At the end of Moshe’s life, Hashem called him and Yehoshua together to the Ohel Moed (Tent of Meeting) to address the two of them and set the stage for Jewish history after Moshe’s death (Devarim 31: 14-30). It is not altogether clear what the two were commanded together and what Moshe was commanded alone and why.
In the middle of an apparent address to Moshe, Hashem says "Now, you (plural) write for you (plural) the words of this song and teach it (singular) to Bnei Yisrael, place it (singular) in their mouth so that this song will be testimony for Me to Bnei Yisrael" (ibid.:19). Who is referred to when using the plural for the writing and why does the language revert to the singular in regard to the teaching?
The Ramban explains that the reference is to Yehoshua in addition to Moshe, as he was involved in writing the "song" (of "Ha’azinu"), even though Moshe actually wrote it (ibid.:22). Yet, Moshe is mentioned alone in the teaching, even though Yehoshua also took part (ibid. 32:44). For this reason, the Netziv rejects the Ramban’s explanation.
The Netziv says that the plural for the writing includes the mitzva for all generations to write a sefer Torah. Thus, the Torah is writing on two levels simultaneously. Moshe should write Ha’azinu, and Bnei Yisrael should write sifrei Torah. He also explains that Yehoshua’s part in teaching the nation was technical. As this was the only section of the Torah to be taught to the nation only after it was written, Moshe taught it in a natural manner without the miracle of Hashem "speaking through his throat." Thus, Yehoshua had to help him project so that all could hear. As his task was technical, he is even referred to by his mundane name, Hoshea.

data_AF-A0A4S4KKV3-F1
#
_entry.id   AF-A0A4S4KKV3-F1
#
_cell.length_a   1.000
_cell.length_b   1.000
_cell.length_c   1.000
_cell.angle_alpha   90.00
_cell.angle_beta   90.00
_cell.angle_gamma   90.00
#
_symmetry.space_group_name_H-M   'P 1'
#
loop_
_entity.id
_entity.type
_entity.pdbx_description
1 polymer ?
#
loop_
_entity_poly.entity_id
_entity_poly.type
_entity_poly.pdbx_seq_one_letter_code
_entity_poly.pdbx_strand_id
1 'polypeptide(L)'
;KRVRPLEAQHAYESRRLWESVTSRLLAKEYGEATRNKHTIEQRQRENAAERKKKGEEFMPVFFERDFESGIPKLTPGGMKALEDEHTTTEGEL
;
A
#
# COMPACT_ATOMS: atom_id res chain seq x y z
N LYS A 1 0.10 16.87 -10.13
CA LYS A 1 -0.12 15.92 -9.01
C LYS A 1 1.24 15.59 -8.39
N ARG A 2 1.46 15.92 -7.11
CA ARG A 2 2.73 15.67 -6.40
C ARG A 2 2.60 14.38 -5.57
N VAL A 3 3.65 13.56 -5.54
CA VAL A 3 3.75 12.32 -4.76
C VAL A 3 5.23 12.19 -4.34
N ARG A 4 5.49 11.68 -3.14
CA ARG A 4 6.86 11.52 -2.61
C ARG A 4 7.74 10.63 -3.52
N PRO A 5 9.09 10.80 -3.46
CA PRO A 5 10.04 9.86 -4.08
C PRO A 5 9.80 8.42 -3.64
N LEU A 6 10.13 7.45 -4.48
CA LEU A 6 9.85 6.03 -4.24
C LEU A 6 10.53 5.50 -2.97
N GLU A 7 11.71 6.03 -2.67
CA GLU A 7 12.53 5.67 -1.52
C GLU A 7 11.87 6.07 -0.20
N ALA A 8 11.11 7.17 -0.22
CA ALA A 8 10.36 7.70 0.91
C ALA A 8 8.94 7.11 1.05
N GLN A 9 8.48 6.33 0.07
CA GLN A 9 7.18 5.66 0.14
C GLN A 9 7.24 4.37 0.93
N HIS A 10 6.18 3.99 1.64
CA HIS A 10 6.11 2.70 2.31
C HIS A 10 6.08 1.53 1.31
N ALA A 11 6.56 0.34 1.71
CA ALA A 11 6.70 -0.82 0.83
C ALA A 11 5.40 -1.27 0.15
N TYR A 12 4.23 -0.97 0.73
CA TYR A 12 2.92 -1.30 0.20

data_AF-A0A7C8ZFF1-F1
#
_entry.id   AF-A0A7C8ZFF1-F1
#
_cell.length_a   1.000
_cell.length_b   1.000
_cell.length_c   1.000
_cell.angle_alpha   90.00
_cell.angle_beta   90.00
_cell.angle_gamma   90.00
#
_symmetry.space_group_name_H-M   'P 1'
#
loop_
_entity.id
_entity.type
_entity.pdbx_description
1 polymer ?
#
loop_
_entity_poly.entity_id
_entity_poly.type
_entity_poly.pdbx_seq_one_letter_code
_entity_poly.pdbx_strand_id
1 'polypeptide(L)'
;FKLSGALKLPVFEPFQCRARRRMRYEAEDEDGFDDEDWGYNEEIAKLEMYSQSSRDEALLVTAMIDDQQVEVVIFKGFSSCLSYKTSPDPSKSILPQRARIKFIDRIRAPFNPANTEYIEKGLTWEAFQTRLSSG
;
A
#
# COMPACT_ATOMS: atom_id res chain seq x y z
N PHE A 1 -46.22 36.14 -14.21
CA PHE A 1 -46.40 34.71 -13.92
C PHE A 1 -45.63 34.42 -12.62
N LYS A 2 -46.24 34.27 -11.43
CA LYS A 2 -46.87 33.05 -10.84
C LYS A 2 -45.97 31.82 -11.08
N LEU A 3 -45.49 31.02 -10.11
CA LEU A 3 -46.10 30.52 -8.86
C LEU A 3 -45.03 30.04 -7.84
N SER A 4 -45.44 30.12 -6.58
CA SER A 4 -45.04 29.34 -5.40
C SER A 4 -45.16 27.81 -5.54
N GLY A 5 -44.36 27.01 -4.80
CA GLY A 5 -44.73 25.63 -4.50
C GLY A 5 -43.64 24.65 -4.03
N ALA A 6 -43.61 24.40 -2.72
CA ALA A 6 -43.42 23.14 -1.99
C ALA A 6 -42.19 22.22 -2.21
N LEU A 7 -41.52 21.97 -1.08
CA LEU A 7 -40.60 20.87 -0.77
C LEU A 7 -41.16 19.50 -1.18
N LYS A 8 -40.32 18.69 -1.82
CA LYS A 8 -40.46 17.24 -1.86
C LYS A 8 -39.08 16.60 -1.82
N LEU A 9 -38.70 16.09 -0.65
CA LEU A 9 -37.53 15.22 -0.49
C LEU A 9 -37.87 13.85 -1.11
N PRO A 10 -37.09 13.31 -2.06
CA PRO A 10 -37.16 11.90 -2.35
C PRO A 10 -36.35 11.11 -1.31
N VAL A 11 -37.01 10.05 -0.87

Let us return to the Ramban and try to understand why Yehoshua’s presence at Moshe’s writing made him fit to be included in the command to write. We wrote in the past that the fact that this section of the Torah was written before it was orally transmitted had special significance. It symbolized a new period in history, when the source of Hashem’s word would be the written Torah and the oral tradition that explains it. This was a stark change from the prospect of relying on a person to provide a direct link to Hashem and His word. Yehoshua was the first Torah authority who represented the idea of relying on his Torah study. Thus it was his presence at Moshe’s writing of the Torah that symbolically gave the event its special historical significance. This element epitomizes the famous mishna in Pirkei Avot (1:1): "Moshe received the Torah at Sinai and passed it on to Yehoshua." In contrast, regarding the teaching, this section of the Torah, like all others, was reserved to Moshe, who had to teach all of the Torah to Bnei Yisrael. Yehoshua’s involvement in that did not take away from Moshe’s prominence nor constitute a new stage in history.